I did just what you said, Don...but I still blew it -- I had lent him my TLR Rollei. So I guess in the end I did sacrifice my camera, someone else just pre-formed the rites...

Vaughn

Rodney Polden
9-Nov-2008, 04:02
Thanks everybody for the great suggestions, and thanks for the link to previous comments on this issue too, Kirk. I've summarised the main ideas I've seen suggested so far as:

* umbrella (golf or compact)
* wildlife blind / ice-fishing tent
* home-made wind baffle (thin poles, tent pegs, guy-lines, cloth?)
* shield camera with tarp / reflector / body / vehicle / land features
* press down tripod (weights / bungee / stake in ground)
* lightly touch camera with fingertips to damp vibration
* work as low to the ground as possible
* auxiliary extension lens support arm (Bogen / Kirk etc)
* long rubber bands between standards, & between standards and tripod
* monopod / bipod / extra tripod
* lightmeter case / darkcloth / sweatshirt / small prop to support sag in bellows
* wind stabiliser kit
* faster film
* bubble level on rear standard to show vibration
* meter in case velcro'd onto top of standards before shooting
* shoot into wind when possible, rather than to side
* pull down lightly on front of camera bed

and (everyone's favourite)....
* Include the word "Wind" in the title of the print.

(No-one has suggested shooting LF underwater yet, to help dampen vibrations, but maybe that would just lead to problems of camera movement from tidal surge and so on.):)

Anyone got other - even better? - methods that have worked for them?

cjbroadbent
9-Nov-2008, 04:41
Wasn't the aerial camera invented just for that? I had a look at Gowland's 8x10 and the Fotoman. They seemed just the ticket except for no front rise. In the end I saved money and made my own box with fixed front rise (and drop, if you attach it upside-down).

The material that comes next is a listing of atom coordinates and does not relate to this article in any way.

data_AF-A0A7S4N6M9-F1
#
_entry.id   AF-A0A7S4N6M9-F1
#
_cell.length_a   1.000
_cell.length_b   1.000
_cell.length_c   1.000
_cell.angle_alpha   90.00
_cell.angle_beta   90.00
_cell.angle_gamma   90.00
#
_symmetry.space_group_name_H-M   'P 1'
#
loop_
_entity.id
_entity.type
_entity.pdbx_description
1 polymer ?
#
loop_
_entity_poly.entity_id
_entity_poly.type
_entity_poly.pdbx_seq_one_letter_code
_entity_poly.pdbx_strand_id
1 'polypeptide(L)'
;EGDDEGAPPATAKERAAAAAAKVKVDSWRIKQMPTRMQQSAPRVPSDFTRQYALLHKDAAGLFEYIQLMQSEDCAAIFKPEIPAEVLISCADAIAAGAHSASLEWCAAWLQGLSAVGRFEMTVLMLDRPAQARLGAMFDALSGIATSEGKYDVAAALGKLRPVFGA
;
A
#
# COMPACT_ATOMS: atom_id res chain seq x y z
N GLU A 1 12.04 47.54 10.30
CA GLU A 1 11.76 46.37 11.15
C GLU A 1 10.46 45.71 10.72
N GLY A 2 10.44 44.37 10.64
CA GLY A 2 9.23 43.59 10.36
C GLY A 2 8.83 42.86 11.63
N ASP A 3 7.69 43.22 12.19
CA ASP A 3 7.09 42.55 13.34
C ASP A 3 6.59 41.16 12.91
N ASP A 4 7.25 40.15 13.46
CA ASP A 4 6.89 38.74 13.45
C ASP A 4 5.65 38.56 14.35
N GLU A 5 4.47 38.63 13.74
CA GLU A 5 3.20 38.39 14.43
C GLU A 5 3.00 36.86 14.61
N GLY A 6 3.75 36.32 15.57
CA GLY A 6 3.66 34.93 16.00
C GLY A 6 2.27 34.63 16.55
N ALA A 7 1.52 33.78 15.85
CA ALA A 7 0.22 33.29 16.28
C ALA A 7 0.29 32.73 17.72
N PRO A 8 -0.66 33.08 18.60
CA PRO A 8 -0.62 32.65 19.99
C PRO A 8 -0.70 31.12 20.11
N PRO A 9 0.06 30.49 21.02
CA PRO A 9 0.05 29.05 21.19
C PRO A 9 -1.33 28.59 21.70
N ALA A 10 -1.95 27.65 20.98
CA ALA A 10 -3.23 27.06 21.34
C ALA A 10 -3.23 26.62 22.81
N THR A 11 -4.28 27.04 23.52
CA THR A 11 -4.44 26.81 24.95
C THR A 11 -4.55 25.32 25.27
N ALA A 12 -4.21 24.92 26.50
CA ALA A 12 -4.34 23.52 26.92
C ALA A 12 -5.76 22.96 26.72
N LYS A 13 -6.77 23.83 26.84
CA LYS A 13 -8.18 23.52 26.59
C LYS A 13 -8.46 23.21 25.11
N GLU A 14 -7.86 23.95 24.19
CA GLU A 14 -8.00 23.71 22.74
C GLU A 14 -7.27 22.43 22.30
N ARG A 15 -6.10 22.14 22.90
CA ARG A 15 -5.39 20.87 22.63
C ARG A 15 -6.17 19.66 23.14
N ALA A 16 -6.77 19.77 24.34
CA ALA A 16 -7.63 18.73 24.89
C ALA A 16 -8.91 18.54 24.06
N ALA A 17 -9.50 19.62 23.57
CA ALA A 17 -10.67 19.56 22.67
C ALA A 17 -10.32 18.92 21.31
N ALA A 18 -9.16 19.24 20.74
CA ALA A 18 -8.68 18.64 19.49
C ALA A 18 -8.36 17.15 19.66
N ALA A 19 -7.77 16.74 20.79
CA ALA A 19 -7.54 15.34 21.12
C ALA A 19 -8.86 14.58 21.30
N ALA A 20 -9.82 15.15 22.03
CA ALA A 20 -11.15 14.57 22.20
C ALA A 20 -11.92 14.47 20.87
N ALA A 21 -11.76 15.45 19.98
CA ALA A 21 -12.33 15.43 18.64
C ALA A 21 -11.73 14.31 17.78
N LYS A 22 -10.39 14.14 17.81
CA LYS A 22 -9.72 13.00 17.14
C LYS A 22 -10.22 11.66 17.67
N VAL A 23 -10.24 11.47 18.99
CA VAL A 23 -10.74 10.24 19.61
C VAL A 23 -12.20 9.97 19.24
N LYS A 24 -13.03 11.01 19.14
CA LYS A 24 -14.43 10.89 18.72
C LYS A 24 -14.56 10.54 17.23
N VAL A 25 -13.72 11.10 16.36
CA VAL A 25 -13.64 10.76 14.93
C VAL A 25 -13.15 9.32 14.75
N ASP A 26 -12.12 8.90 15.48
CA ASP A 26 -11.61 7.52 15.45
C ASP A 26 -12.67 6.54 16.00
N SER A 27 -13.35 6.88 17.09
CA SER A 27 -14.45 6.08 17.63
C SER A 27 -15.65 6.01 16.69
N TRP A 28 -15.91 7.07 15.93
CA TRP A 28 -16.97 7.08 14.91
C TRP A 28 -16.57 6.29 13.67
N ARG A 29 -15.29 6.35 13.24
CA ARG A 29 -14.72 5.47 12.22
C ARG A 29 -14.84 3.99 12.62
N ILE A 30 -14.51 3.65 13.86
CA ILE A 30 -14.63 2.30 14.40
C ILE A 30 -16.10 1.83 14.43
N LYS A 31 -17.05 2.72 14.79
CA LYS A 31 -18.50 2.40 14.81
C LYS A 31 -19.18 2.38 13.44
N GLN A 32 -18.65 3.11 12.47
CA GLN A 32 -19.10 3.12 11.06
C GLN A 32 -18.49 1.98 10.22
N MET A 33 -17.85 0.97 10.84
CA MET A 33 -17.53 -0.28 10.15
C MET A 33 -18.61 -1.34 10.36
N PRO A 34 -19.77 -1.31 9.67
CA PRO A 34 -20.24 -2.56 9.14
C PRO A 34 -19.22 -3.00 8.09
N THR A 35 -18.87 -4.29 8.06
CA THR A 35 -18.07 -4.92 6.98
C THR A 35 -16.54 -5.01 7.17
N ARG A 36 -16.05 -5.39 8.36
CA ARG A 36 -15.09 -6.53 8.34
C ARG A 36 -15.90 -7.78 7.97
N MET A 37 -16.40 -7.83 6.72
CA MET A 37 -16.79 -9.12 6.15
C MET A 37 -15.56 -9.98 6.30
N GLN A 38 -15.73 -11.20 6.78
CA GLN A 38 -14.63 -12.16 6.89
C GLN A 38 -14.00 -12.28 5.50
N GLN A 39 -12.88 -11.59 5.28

Gem Singer
9-Nov-2008, 08:24
If waiting for the wind to die down is not an option, and you have done everything possible to stabilize your camera and tripod, try using a faster film, a faster shutter speed, and hope for the best. You will probably need to use a larger aperture than you are used to using, in order to obtain the faster shutter speed, so focus carefully to compensate for the shallow depth of field.

jon.oman
9-Nov-2008, 10:05
Wasn't the aerial camera invented just for that? I had a look at Gowland's 8x10 and the Fotoman. They seemed just the ticket except for no front rise. In the end I saved money and made my own box with fixed front rise (and drop, if you attach it upside-down).


Christopher,

Would you be willing to share your plans? Interesting concept!

You have some really nice images on your site.

Jon

cjbroadbent
10-Nov-2008, 02:58
Christopher,
Would you be willing to share your plans? .....
Jon
It really just a bird-box.
http://picasaweb.google.com/cjbroadbent/Birdbox?authkey=VWGtZaQ8t2Q#
and
http://web.mac.com/cjbroadbent/Site/fivebyseven.html

jon.oman